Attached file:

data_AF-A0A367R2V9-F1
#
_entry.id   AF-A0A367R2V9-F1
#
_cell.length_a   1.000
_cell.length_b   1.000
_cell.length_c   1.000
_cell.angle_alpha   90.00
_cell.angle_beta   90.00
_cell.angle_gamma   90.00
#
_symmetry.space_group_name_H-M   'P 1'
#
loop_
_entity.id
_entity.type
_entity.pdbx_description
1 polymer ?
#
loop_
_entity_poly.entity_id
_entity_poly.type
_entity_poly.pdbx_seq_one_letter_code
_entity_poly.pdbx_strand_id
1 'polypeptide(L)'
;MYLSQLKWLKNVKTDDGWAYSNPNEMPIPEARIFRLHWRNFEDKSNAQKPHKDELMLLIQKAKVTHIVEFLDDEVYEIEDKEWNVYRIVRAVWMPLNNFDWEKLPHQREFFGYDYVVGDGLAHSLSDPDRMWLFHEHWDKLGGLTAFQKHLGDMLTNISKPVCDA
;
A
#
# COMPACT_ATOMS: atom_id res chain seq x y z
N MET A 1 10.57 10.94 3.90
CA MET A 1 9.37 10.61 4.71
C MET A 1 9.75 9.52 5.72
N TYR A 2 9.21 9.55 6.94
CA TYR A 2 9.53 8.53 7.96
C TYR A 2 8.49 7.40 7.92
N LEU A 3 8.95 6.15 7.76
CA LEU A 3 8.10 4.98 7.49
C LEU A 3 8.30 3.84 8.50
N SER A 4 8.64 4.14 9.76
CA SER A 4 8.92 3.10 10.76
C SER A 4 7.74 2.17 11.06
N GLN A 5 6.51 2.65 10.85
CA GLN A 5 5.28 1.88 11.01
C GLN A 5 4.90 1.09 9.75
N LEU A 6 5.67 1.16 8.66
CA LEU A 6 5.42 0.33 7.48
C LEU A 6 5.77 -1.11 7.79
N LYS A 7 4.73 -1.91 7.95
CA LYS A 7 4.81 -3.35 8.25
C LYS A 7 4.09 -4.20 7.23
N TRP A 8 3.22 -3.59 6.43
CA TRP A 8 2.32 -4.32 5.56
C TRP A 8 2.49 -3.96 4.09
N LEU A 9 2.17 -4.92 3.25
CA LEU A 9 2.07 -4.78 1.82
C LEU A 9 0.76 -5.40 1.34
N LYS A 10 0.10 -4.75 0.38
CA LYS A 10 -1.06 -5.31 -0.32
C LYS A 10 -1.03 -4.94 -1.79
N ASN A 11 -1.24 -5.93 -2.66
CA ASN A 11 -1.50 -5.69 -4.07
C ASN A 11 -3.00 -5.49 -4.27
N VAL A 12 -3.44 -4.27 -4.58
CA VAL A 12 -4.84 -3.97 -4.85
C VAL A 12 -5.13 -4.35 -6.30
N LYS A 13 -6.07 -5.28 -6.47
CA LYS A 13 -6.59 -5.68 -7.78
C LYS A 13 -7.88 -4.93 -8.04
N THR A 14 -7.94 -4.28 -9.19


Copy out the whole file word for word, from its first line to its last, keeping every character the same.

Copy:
data_AF-A0A367R2V9-F1
#
_entry.id   AF-A0A367R2V9-F1
#
_cell.length_a   1.000
_cell.length_b   1.000
_cell.length_c   1.000
_cell.angle_alpha   90.00
_cell.angle_beta   90.00
_cell.angle_gamma   90.00
#
_symmetry.space_group_name_H-M   'P 1'
#
loop_
_entity.id
_entity.type
_entity.pdbx_description
1 polymer ?
#
loop_
_entity_poly.entity_id
_entity_poly.type
_entity_poly.pdbx_seq_one_letter_code
_entity_poly.pdbx_strand_id
1 'polypeptide(L)'
;MYLSQLKWLKNVKTDDGWAYSNPNEMPIPEARIFRLHWRNFEDKSNAQKPHKDELMLLIQKAKVTHIVEFLDDEVYEIEDKEWNVYRIVRAVWMPLNNFDWEKLPHQREFFGYDYVVGDGLAHSLSDPDRMWLFHEHWDKLGGLTAFQKHLGDMLTNISKPVCDA
;
A
#
# COMPACT_ATOMS: atom_id res chain seq x y z
N MET A 1 10.57 10.94 3.90
CA MET A 1 9.37 10.61 4.71
C MET A 1 9.75 9.52 5.72
N TYR A 2 9.21 9.55 6.94
CA TYR A 2 9.53 8.53 7.96
C TYR A 2 8.49 7.40 7.92
N LEU A 3 8.95 6.15 7.76
CA LEU A 3 8.10 4.98 7.49
C LEU A 3 8.30 3.84 8.50
N SER A 4 8.64 4.14 9.76
CA SER A 4 8.92 3.10 10.76
C SER A 4 7.74 2.17 11.06
N GLN A 5 6.51 2.65 10.85
CA GLN A 5 5.28 1.88 11.01
C GLN A 5 4.90 1.09 9.75
N LEU A 6 5.67 1.16 8.66
CA LEU A 6 5.42 0.33 7.48
C LEU A 6 5.77 -1.11 7.79
N LYS A 7 4.73 -1.91 7.95
CA LYS A 7 4.81 -3.35 8.25
C LYS A 7 4.09 -4.20 7.23
N TRP A 8 3.22 -3.59 6.43
CA TRP A 8 2.32 -4.32 5.56
C TRP A 8 2.49 -3.96 4.09
N LEU A 9 2.17 -4.92 3.25
CA LEU A 9 2.07 -4.78 1.82
C LEU A 9 0.76 -5.40 1.34
N LYS A 10 0.10 -4.75 0.38
CA LYS A 10 -1.06 -5.31 -0.32
C LYS A 10 -1.03 -4.94 -1.79
N ASN A 11 -1.24 -5.93 -2.66
CA ASN A 11 -1.50 -5.69 -4.07
C ASN A 11 -3.00 -5.49 -4.27
N VAL A 12 -3.44 -4.27 -4.58
CA VAL A 12 -4.84 -3.97 -4.85
C VAL A 12 -5.13 -4.35 -6.30
N LYS A 13 -6.07 -5.28 -6.47
CA LYS A 13 -6.59 -5.68 -7.78
C LYS A 13 -7.88 -4.93 -8.04
N THR A 14 -7.94 -4.28 -9.19